It’s like siblings trying to decide what to do with the last piece of candy. Comcast Corporation (NASDAQ:CMCSA) doesn’t care.The Walt Disney Company (NYSE:DIS) and News Corp (NASDAQ:NWS) can’t agree. So no one gets it. They put it up for sale. The only problem is: which bid to take?
Can’t they just get along?
Due to regulatory restrictions, Comcast Corporation (NASDAQ:CMCSA) is a nonvoting owner of Hulu through NBC Universal. Comcast Corporation (NASDAQ:CMCSA)’s core focus isn’t providing entertainment content. Comcast provides bundled cable packages, which involve walking a fine line between raising rates and keeping customers. NBC Universal, Comcast Corporation (NASDAQ:CMCSA)’s entertainment division, has its own first quarter struggles with drooping broadcast TV performance. Divesting Hulu may be a good idea so Comcast and NBC Universal can focus on profitability. But Comcast Corporation (NASDAQ:CMCSA) isn’t the owner causing the trouble here.
Hulu is up for grabs because the other two owners can’t resolve their differences over Hulu’s profit model.
The Walt Disney Company (NYSE:DIS) wants to continue offering free content to viewers, reaping profits from advertisements on the site. News Corp (NASDAQ:NWS). prefers to use a paid subscription service. Both have legitimate profit model ideas for Hulu, but neither has managed to persuade the other. And of course no one will compromise. They figured selling Hulu would solve their problems. One owner could buy out the other’s share, or a third-party buyer could make the tough call. But they have to hurry.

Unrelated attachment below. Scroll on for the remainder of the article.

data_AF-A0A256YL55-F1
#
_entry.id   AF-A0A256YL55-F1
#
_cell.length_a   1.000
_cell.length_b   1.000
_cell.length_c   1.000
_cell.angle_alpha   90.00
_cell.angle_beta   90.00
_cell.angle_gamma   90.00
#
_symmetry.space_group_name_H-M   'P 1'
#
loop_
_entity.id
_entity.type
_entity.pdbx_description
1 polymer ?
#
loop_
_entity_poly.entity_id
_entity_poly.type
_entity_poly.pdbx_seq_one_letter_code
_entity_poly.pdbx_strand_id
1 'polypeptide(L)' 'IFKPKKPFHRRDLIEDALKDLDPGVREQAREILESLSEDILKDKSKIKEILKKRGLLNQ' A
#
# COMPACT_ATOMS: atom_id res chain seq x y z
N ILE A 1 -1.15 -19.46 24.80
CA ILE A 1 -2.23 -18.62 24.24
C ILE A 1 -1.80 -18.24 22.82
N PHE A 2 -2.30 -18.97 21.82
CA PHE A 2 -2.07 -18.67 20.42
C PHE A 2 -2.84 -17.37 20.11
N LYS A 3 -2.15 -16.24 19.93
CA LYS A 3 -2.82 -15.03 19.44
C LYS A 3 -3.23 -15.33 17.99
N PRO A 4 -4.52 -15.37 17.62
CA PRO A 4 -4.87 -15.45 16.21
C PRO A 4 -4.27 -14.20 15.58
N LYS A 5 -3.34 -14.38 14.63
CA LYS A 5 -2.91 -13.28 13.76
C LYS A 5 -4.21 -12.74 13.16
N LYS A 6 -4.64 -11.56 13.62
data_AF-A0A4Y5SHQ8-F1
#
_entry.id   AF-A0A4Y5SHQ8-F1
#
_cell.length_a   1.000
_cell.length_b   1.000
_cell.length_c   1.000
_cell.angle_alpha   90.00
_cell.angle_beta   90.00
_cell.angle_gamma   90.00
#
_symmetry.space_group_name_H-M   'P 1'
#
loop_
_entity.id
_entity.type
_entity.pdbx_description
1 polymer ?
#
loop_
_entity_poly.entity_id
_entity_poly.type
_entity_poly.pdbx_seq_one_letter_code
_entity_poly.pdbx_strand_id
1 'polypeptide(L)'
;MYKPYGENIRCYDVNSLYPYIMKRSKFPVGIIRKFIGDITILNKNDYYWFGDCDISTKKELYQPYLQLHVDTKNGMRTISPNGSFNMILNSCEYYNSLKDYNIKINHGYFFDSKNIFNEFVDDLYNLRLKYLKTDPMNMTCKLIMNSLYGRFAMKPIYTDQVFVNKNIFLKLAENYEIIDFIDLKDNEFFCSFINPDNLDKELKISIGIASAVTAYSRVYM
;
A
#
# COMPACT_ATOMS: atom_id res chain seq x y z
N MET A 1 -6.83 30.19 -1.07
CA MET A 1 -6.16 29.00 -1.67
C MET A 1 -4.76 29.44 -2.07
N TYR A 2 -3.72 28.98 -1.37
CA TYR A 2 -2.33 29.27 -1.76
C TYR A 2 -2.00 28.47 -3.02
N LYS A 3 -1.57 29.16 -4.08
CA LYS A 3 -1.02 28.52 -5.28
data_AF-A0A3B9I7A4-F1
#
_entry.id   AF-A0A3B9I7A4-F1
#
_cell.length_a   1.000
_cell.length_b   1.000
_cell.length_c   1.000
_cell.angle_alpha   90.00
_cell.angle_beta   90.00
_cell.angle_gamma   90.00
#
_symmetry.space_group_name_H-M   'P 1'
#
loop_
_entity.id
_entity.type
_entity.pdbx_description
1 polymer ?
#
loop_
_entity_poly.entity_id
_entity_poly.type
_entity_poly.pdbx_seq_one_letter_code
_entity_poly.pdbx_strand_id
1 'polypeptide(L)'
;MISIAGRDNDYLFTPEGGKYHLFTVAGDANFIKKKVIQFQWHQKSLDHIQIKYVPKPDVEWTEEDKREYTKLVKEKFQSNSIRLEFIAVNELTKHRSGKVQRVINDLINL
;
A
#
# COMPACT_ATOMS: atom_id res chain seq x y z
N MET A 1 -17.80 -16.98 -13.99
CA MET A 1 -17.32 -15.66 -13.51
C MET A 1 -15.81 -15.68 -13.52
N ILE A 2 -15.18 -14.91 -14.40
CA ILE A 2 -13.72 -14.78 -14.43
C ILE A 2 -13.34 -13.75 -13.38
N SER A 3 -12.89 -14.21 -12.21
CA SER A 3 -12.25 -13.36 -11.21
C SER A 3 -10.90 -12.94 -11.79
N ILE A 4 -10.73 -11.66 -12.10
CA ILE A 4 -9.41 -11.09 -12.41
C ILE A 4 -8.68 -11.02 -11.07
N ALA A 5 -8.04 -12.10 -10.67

We don’t have all day
Hulu is a small player in the video streaming world, compared to competitors Amazon.com, Inc. (NASDAQ:AMZN) and Netflix, Inc. (NASDAQ:NFLX). Netflix has almost 29.2 million monthly subscribers–Hulu has only 4 million. But perhaps more importantly, Netflix, Inc. (NASDAQ:NFLX) already figured out its profit model. Netflix, Inc. (NASDAQ:NFLX) spends loads of money ($5 billion over the next few years) on the rights to movies and TV shows. It then sells viewers a monthly subscription to stream content and to rent DVDs.
By contrast, Hulu suffers from a schizophrenic profit model. It offers free content with advertisements and a paid service, Hulu Plus. In 2012, Hulu spent only $500 million to acquire more content. Hulu needs to choose one profit model ASAP. Waffling between two business models means that Hulu isn’t maximizing the profits from either one. With less money to spend, and its profit model in limbo, Hulu will never be able to catch up to Netflix, Inc. (NASDAQ:NFLX)’s huge content.
Yahoo, you don’t want this
Yahoo! Inc. (NASDAQ:YHOO) just made headlines last month with its $1.1 billion acquisition of Tumblr. Apparently, CEO Marissa Mayer is trying to make the company hip. Yahoo’s Q1 earnings report specifically highlighted company’s moves toward mobile and personalized technology. So here they are at the M&A table again, bidding for Hulu.
True, Hulu would add mobile streaming to Yahoo! Inc. (NASDAQ:YHOO)’s product offerings. And Yahoo! could combine Hulu with its Yahoo! Screen service (I had no idea that existed until I read the earnings report).